In case of SH Rx with detection at IF stage the dynamic range is conditioned by the Detector Noise/Saturation.
For an SH with digital processing, the dynamic range is probably conditioned by the ADC.

As shown in Figure 2 the SH architecture is based on successive filtering and conversions (single or double conversion stages are often used).

The first stage includes a BRF filter that selects the total band and a variable attenuator that selects the dynamic range.

The conversion stage includes the anti-image filter, the OL generator and the mixer.

The IF stage extract the wanted signals with the BIF filter and amplifies them.

Finally signals are translated in the base band and processed for detection and parameter measurement.

The final processing in Base Band could be capable of coherent processing (based on I & Q) eventually digitally and in this case the phase is preserved up to the base-band, in alternative an envelope extractor can be used for incoherent signal processing.

Receiver Search Strategy (RSS)

As a Super Heterodyne receiver has limited instantaneous RF coverage, i.e. it can only look at a limited portion of the total RF band at any given time, a Receiver Search Strategy (RSS) must be implemented.
RSS is a list that details the order in which the instantaneous band is scanned and for how long.
The search strategy is programmed according to the pre-loaded Mission-Dependent Data (MDD)
The search strategy expresses how the scenario is analysed in terms of frequency sub-bands (dwells) over a certain time interval in order to satisfy the POI (Probability of Intercept) and TTI (Time to Intercept) requirements.

The strategy consists of rules, which, starting from the scenario of emitters described in the MDD, builds the best way to discover and analyse the surrounding emitters in terms of frequency band and persistence time for each identified band.
The search strategy is therefore a function having as domain the set of emitters of the scenario characterizing the mission and as co-domain the list of frequency intervals on which the receiver must insist for a time such as to be able to analyse and classify the emitters.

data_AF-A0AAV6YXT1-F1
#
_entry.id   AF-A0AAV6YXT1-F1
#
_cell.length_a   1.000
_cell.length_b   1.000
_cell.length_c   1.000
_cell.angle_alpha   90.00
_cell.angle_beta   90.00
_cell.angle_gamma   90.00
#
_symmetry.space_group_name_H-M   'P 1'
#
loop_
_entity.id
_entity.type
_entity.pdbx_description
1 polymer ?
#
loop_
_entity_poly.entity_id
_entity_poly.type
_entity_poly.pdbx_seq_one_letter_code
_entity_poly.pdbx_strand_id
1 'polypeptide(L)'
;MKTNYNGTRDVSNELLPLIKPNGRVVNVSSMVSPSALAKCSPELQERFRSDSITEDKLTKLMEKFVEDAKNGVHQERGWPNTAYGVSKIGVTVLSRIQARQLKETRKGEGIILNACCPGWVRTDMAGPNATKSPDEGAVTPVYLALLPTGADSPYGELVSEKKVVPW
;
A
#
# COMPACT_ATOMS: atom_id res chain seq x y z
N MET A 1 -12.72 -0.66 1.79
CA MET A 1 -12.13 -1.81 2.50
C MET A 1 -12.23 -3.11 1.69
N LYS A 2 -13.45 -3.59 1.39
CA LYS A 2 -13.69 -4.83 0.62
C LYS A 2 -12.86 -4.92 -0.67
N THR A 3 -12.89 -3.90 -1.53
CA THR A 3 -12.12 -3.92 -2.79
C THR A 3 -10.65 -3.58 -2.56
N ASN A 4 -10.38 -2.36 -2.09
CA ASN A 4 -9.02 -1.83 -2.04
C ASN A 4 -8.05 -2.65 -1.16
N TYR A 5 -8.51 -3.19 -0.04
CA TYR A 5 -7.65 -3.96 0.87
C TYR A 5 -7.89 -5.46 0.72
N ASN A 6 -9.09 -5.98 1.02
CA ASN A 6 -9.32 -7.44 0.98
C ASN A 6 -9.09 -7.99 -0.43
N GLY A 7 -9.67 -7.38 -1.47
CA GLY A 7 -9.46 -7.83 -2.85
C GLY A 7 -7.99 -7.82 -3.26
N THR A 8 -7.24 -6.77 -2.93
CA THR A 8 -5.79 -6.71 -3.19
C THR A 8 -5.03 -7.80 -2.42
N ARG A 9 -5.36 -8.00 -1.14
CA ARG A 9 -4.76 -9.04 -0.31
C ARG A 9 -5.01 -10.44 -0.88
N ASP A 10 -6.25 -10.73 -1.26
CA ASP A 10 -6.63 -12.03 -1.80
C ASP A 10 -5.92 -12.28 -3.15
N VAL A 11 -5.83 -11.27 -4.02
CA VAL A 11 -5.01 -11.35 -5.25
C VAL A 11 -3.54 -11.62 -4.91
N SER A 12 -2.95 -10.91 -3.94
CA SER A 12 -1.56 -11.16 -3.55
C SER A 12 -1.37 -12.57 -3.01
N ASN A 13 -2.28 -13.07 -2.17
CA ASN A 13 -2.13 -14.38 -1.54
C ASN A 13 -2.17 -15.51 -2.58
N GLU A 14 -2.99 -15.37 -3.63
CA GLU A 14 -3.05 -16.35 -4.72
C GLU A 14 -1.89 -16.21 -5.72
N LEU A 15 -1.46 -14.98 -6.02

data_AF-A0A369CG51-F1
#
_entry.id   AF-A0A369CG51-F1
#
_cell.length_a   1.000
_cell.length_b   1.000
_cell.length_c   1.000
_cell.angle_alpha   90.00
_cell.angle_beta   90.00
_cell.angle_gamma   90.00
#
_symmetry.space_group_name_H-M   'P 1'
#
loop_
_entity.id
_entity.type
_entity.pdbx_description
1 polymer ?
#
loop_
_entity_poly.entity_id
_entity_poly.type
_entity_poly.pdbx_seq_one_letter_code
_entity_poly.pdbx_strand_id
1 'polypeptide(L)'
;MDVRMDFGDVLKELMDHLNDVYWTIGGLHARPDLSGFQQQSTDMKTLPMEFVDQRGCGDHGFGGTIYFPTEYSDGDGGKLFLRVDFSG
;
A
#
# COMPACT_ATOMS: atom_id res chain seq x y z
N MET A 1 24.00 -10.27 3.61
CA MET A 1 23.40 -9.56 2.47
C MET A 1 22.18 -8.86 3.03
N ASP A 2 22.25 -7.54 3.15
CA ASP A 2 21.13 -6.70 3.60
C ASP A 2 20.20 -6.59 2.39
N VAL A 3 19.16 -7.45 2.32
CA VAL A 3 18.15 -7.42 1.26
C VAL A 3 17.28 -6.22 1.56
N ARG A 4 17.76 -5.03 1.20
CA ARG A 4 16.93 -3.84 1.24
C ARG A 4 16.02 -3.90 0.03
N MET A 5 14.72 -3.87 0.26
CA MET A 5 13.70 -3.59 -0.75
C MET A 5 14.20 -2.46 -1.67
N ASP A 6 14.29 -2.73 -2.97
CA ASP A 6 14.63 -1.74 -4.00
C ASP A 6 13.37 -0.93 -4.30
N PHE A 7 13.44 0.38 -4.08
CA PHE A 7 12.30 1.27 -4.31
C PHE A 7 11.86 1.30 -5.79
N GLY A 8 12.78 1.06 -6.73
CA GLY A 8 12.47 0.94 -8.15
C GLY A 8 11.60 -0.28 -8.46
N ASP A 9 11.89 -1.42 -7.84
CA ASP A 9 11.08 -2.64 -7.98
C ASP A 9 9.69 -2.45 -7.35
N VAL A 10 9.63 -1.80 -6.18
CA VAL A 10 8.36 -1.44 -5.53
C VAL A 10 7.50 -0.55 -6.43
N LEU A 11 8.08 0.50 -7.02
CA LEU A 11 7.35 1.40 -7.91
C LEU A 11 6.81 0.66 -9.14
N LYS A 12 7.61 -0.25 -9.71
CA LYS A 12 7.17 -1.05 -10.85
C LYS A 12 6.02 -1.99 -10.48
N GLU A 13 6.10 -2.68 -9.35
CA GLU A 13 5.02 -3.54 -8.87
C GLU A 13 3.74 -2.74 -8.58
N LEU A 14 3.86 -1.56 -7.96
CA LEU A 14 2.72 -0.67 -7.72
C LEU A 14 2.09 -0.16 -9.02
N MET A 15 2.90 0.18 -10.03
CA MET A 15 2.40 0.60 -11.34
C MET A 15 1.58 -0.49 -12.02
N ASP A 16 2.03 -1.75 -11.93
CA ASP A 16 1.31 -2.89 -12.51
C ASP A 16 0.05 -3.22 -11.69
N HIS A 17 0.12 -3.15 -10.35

The search strategy is a compromise between how many times a certain dwell must be analysed and the time to devote to each dwell for collecting pulses.
These needs obviously clash with the complexity of the operational scenarios and with the instantaneous narrow band of the Super Heterodyne receiver.

Designing the search strategy a SH receiver means checking:

  • Frequency ranges to search for
  • Length of time intervals to search.
  • Control of the dynamics of the signal of the emitters in the scenario (to adjust the instantaneous dynamic range of the receiver).
  • Sequence of dwells to optimize search.

Pros.:

  • The Signal-to-Noise ratio in Video depends only on the (last) IF Band: therefore the sensitivity can be (theoretically) improved using increasingly narrow filters (based on the minimum PW).
  • The frequency selectivity makes processing possible in the presence of multiple signals (the probability of “co-pulse” is low if IF band << RF band)
  • A coherent conversion (i.e. with I & Q) to Base Band makes accurate Phase measurements possible.

Cons.:

  • The architecture is more complex than a WO based on Full-band Crystal-Video sizing can become quite complicated (RF BW, IF BW, LO number, spurious etc.).
  • POI <1 the scanning strategy (in the absence of smart mission data to “guide” it) can become extremely critical.